As we move beyond the hype, the hope or the frustration that events such as COP15 inspire, its fair to recognize the intrinsic value of the process that has brought us here. There is value on the renewed global awareness of the fact that our environment is rapidly and irreversibly changing, as well as on the realization of the close links that exist between climate change and the vulnerability of the poor.

There is also value in the recognition of new issues that play a role in fostering development amidst the shifting climate, and that can make a difference in the type of response that we are able provide to its challenges. Amongst them, the role of Information and Communication Technologies (ICTs) is particularly relevant.

ICTs and Climate Change was the focus of a side event organized by ITU and OECD, in partnership with GeSI, during the UNFCCC climate change talk in Barcelona, last month. All the presentations are available in YouTube.

Graham Vickery (OECD) was one of the speakers invited (starts in minute 8:24).

He pointed out the fact that, despite the pervasiveness of ICTs in our daily life, and perhaps because of it, we have failed to make the link between their potential and our response to climate change.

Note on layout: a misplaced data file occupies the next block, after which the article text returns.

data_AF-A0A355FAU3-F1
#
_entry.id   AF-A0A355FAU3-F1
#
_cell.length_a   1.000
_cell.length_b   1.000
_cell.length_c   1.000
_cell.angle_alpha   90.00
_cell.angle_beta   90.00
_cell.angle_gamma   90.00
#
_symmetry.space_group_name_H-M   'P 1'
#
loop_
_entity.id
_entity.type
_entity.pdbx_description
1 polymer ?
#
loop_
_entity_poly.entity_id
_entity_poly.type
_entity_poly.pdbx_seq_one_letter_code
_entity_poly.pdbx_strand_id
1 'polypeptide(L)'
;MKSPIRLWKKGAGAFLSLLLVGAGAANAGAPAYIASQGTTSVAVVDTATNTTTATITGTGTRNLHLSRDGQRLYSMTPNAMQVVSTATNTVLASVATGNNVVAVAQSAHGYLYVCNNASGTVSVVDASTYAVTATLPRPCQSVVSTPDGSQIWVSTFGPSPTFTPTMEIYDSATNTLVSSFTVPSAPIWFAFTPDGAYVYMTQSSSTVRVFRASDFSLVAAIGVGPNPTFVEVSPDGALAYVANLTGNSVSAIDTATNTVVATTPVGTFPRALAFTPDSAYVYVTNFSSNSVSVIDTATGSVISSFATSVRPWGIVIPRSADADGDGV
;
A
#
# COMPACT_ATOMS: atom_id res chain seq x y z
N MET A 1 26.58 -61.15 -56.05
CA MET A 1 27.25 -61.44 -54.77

He also suggested 3 main levels of ICT impact in the environment: (a) ICT equipment (electricity and energy use, raw         materials and disposal), (b) ICT ‘Smart’ applications, and (c) ICTs and the need for systemic change. According to Vickery, part of the challenge is making these three levels more clearly linked with major areas that are under consideration right now, namely mitigation, adaptation, and technology transfer.

His presentation raises some interesting issues for discussion:

  • How would the climate scenario look like if –at least part of- the 4 billion mobile telephone subscribers play a role in monitoring and documenting the effects of climate change, and in managing the carbon footprint?
  • What type of ‘Green changes’ could ICTs help us foster in our daily lives? What could we do different or more efficiently with the help of these tools?
  • How could we contribute as consumers –and producers- to the three main levels that Vickery points out?

In considering these questions its useful to look at Richard Heeks’ overview model on ‘ICTs, Climate Change and Development’, as it provides further details on the ways in which ICTs can play a role in mitigation, monitoring and adaptation strategies.

All these issues will need to be carefully considered as the global community moves forward from COP15 to COP16 in Mexico 2010. And although new hype, hope and skepticism will continue to surround the process, we need to be better prepared to effectively insert ICTs and its contribution to development into the climate change agenda.

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